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The Amazon expedition correspondence relates to the earliest efforts of the University of Pennsylvania Museum to mount an expedition to South America, through follow-up and scholarly activity after the expedition. Early documents include communications with Algot Lange, the original leader of the project. Once Farabee takes charge, the correspondence reflects the relationship between him and museum director George Byron Gordon, Franklin H. Church, and to some extent John W. Ogilvie. The series contains not only formal correspondence, but also documentation relating to travel, equipment, and other preparations. Included also are reports and depositions by expedition team members regarding various incidents and situations encountered, and newspaper clippings covering the expedition. Later correspondence relates to scholarly challenges to some of Farabee’s claims, and also to his interest in the palm nut oil business in Brazil.
The Amazon expedition diaries series contains travel diaries and one travel account. They do not cover the entire progress of the expedition, but highlight certain passages. The Marajo excavations are well represented. Some of the notebooks were labeled as field notes by a later processor, but they are described as diaries by Farabee. Some of the diary text, typewritten as index entries, have been filed in Box 6. It should be noted that throughout the field notes series, brief dated entries recording the progress of the expedition may be encountered.
The field notes series is contained in two filing systems. The first are notebooks referring to various Arawak and Carib peoples, and numbered by Farabee, who refers to these numbers in numerous places throughout his notes. Books 10 and 12 are missing. The second section contains notebooks and subjects not numbered, although some were later given letter labels by a processor. These letters are not followed in the present arrangement. The series contains not only notes taken by Farabee himself, but also research notes gathered from other scholars. Almost none of the field notes are dated. A large portion of the data in this series concerns vocabulary lists, most on index cards in separate boxes, but others included among the notebooks devoted to native peoples. Any topic in this series may be found among the numbered notebooks, the notebooks and documents not numbered, and the index card collection. The order maintained in the filing aid list is an attempt to make some sense out of this system, but thorough research will require consulting all areas of the series.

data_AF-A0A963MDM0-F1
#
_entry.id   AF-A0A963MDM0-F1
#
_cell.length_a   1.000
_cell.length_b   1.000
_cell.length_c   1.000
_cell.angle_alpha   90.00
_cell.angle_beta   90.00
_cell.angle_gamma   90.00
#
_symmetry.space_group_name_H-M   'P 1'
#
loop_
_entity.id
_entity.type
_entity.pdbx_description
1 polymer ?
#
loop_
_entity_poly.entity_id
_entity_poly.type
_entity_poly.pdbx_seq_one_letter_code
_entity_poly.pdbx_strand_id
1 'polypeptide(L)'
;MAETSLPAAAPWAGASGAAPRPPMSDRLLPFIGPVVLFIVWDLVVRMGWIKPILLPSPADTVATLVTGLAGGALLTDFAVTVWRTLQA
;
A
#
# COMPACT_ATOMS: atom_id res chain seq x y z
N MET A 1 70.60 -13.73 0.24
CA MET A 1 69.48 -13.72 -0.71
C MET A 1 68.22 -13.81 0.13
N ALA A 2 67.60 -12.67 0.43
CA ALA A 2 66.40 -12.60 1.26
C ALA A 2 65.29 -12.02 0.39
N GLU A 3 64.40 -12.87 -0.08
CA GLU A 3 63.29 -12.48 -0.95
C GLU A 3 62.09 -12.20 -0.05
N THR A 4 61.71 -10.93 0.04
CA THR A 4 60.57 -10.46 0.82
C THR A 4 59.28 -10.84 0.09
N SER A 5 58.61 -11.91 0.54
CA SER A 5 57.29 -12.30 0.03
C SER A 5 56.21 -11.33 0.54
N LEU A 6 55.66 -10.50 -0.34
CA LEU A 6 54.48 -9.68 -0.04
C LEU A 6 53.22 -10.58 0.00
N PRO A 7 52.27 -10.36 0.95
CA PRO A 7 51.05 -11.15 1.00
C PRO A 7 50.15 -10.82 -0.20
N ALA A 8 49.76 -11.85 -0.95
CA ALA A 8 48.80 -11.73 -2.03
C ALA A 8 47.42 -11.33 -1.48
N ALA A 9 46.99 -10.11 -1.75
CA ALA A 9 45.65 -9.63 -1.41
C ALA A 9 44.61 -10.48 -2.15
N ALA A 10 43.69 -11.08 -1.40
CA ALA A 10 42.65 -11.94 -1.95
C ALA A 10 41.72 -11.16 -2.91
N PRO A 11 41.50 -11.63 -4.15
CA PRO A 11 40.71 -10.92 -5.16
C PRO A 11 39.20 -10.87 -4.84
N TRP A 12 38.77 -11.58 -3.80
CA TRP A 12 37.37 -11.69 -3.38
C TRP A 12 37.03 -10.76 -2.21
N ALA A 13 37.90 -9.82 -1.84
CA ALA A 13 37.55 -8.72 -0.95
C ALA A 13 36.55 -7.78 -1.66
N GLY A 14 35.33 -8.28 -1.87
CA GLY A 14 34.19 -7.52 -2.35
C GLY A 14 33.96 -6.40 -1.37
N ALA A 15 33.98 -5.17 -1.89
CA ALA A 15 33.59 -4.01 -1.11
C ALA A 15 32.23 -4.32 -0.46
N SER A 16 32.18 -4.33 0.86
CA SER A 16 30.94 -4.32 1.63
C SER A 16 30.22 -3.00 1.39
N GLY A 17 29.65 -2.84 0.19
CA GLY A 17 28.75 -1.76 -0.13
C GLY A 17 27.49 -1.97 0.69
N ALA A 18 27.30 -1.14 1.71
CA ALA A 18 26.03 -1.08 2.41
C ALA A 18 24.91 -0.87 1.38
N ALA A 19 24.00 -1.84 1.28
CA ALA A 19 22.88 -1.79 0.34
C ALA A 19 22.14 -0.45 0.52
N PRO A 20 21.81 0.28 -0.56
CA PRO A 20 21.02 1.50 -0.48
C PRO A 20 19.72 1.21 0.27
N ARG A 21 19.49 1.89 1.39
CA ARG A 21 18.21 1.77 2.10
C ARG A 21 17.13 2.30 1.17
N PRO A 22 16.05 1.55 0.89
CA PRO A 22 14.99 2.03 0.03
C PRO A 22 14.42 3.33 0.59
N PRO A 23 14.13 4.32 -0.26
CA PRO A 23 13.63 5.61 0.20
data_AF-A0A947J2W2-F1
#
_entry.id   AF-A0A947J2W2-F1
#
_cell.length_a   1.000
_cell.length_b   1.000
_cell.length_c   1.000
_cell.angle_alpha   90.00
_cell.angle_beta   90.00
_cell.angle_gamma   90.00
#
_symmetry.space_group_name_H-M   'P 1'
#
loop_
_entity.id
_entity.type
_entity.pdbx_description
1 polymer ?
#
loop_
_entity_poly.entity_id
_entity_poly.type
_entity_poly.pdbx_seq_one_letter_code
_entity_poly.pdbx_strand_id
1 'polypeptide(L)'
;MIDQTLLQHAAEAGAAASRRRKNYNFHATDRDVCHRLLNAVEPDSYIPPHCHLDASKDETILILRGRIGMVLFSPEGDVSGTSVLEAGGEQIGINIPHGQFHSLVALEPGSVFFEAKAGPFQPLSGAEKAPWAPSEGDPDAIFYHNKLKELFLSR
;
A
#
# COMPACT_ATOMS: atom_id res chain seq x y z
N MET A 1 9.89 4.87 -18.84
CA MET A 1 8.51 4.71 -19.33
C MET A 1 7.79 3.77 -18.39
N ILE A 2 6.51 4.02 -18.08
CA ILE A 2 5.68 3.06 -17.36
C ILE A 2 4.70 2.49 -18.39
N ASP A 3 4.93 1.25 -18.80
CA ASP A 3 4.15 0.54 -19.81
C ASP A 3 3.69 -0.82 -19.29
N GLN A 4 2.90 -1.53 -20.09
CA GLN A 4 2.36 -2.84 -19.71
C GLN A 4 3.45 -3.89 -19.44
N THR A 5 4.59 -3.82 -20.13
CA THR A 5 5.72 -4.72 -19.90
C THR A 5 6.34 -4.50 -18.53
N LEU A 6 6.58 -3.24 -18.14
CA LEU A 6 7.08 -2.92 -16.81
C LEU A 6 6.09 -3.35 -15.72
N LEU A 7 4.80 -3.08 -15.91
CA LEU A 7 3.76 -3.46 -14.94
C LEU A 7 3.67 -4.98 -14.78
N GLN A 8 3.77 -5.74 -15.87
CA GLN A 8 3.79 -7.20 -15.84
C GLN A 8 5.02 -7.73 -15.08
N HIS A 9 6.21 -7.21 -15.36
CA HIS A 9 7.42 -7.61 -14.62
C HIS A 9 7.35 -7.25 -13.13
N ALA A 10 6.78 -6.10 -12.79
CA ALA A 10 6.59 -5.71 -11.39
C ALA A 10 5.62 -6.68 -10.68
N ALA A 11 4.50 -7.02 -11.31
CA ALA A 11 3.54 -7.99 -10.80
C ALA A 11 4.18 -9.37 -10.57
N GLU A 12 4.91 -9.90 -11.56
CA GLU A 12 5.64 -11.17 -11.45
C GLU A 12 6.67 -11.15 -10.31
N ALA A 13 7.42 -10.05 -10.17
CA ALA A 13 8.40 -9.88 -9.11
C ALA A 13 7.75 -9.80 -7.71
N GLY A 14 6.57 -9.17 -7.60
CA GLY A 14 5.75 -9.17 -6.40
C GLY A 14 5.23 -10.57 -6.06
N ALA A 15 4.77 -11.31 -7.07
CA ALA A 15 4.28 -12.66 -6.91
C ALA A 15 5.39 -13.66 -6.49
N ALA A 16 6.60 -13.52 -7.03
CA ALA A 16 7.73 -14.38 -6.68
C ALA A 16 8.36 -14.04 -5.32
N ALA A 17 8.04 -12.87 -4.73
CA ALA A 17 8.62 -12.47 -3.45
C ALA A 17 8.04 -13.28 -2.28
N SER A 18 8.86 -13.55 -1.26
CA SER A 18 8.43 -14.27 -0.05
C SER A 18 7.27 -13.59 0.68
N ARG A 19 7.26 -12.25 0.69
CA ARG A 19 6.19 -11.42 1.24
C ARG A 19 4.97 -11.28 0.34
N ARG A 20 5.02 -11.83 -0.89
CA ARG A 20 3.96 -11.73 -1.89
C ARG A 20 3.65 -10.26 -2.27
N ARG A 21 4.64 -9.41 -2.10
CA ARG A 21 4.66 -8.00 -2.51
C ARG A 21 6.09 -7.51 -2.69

The administrative series contains documents relating to general information gathered in preparation for the expedition and later organization of files and other documentation. Bibliographies, lists of photographic negatives and other practical information are included, some pertaining to Farabee’s business interests. A proposal (1918) for an expedition to the Central and South American coasts, although not properly belonging to the Amazon expedition, is filed here, as well as a brief autobiographical sketch, written by Farabee himself.
The publications and talks series contains notes and drafts of manuscripts in preparation for several publications, both articles written about the expedition, and two books by Farabee: The Central Arawaks (1918), and The Central Caribs (1924), including a file of illustrations. Notes for talks given before various groups are included on index cards in Box 6.
The Andean expedition contains all of the topics described in the Amazon expedition in one series: correspondence, field notes, archaeological notes, talks and administrative files. The field notes for southern Peru contain some brief diary entries from October 1922. Among the index card collection are archaeological notes from Manabi, Ecuador, and a file containing notes and drawings of Peruvian pottery.
The photograph series contains photographic prints principally from the Amazon expedition (1913-1916), but also from the Andean expedition (1922-1923) and from the Harvard University DeMilhau expedition to Peru (1906-1909). Farabee used both glass slide and nitrate film. The photographs are arranged by expedition and subject, mostly tribal affiliations. Some of the photographs in this series are by John W. Ogilvie. There is a catalogue of negatives for the Amazon expedition in the Amazon expedition administrative series. The catalogue is indexed alphabetically by detailed subject, with photograph numbers.